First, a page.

Building a cat shelter: tweaked plans

I’ve drawn a new detail view for the front windows and awning, to help plan their construction:

I’ve also tweaked the existing plans for the cat shelter a little bit, based on changes while building. Nothing too significant, but I thought I’d publish the changes for completeness.

There are only a couple of subtle differences in the front elevation: the deck is higher than previously pictured, and the feeder opening is taller:

You can see those changes in this elevation, too:

Here you can see the higher deck, and its supports:

I originally planned to have the deck lower than the floor, to allow clearance for the maintenance door swing. But I also wanted to extend the side rim joists from the back of the shelter to the front of the deck, to make it more sturdy. I considered having the side joists higher than the deck level, but felt that’d look untidy. I’m happy with how it turned out. I’ll just have the maintenance door a bit higher to offset that change.

Building a cat shelter: floor

Today I started construction on the outdoor cat shelter.

I went to Home Depot on Sunday to purchase a bunch of materials, but decided to get the larger items delivered, as there was too much for one load. Home Depot has a relatively inexpensive delivery fee, and next-day delivery, so it was totally worth it. I also took the opportunity to get additional materials for other projects, e.g. t-posts for the apple trees, extra treated 2x6s to make a second beehive stand, and extras of other stuff I commonly use, just because:

Then this morning I started work on the floor, building it in the workshop. The floor joists use treated 2×6 boards. Looking at the following photo, the shelter will be on the back-left, the feeding station on the back-right, and the deck in the front:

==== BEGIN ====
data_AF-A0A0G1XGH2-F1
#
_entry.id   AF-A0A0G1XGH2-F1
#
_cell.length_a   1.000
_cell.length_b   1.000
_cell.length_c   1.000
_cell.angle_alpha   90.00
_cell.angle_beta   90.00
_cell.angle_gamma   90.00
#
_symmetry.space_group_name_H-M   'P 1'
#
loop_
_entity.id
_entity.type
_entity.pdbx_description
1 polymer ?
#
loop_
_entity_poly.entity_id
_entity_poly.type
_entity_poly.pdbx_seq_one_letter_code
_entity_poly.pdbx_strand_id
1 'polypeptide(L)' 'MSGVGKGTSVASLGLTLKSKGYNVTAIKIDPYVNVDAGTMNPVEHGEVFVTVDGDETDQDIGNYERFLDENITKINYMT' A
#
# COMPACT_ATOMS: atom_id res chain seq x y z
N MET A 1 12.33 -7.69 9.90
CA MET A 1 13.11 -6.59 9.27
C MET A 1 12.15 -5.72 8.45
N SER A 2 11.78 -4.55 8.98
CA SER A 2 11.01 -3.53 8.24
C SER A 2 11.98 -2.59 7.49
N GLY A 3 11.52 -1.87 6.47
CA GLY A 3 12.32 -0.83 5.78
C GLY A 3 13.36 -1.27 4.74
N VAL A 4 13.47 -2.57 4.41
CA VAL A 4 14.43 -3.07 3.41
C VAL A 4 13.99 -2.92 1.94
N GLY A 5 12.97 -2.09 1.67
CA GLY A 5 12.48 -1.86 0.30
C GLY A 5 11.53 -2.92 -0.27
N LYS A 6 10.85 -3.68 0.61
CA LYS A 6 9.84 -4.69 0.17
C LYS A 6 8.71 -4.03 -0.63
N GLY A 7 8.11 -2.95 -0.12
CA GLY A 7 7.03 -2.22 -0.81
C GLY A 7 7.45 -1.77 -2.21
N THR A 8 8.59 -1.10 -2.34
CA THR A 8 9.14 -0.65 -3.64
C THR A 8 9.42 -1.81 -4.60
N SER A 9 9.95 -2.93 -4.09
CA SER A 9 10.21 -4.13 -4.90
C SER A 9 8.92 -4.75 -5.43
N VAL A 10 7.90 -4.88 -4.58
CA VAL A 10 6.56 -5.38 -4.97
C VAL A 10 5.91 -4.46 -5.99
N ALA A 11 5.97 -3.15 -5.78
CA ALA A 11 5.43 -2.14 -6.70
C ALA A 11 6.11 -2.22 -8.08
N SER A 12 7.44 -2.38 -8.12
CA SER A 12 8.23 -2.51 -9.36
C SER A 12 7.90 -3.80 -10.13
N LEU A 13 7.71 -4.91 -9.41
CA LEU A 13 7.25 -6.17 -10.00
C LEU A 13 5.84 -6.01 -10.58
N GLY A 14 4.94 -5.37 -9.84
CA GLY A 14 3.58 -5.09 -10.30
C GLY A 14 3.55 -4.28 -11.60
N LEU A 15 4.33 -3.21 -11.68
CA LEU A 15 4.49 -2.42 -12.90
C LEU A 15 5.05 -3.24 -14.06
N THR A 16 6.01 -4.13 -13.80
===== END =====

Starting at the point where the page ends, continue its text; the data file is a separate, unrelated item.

I added foam insulation under the floor of the shelter:

Here you can see the underside:

And added the shelter & feeder floor, using 1/2″ plywood:

Some supports for the deck:

And the deck boards, using 1x2s:

A closer view:

Tomorrow I’ll start on the walls!

Building a cat shelter: plans

As mentioned at the end of a recent blog post about the feral cats, the current shelter for the outdoor cats is a little too small, now that they’re getting bigger. Also, the current feeding station is a bit untidy (aka an ugly hack job).

I considered building a new feeding station that would look nicer. I also considered buying a second heated shelter like the current one. But I finally decided that a better solution would be to build one structure that would serve both needs: a wooden shelter plenty big enough for the cats, and an attached feeding station.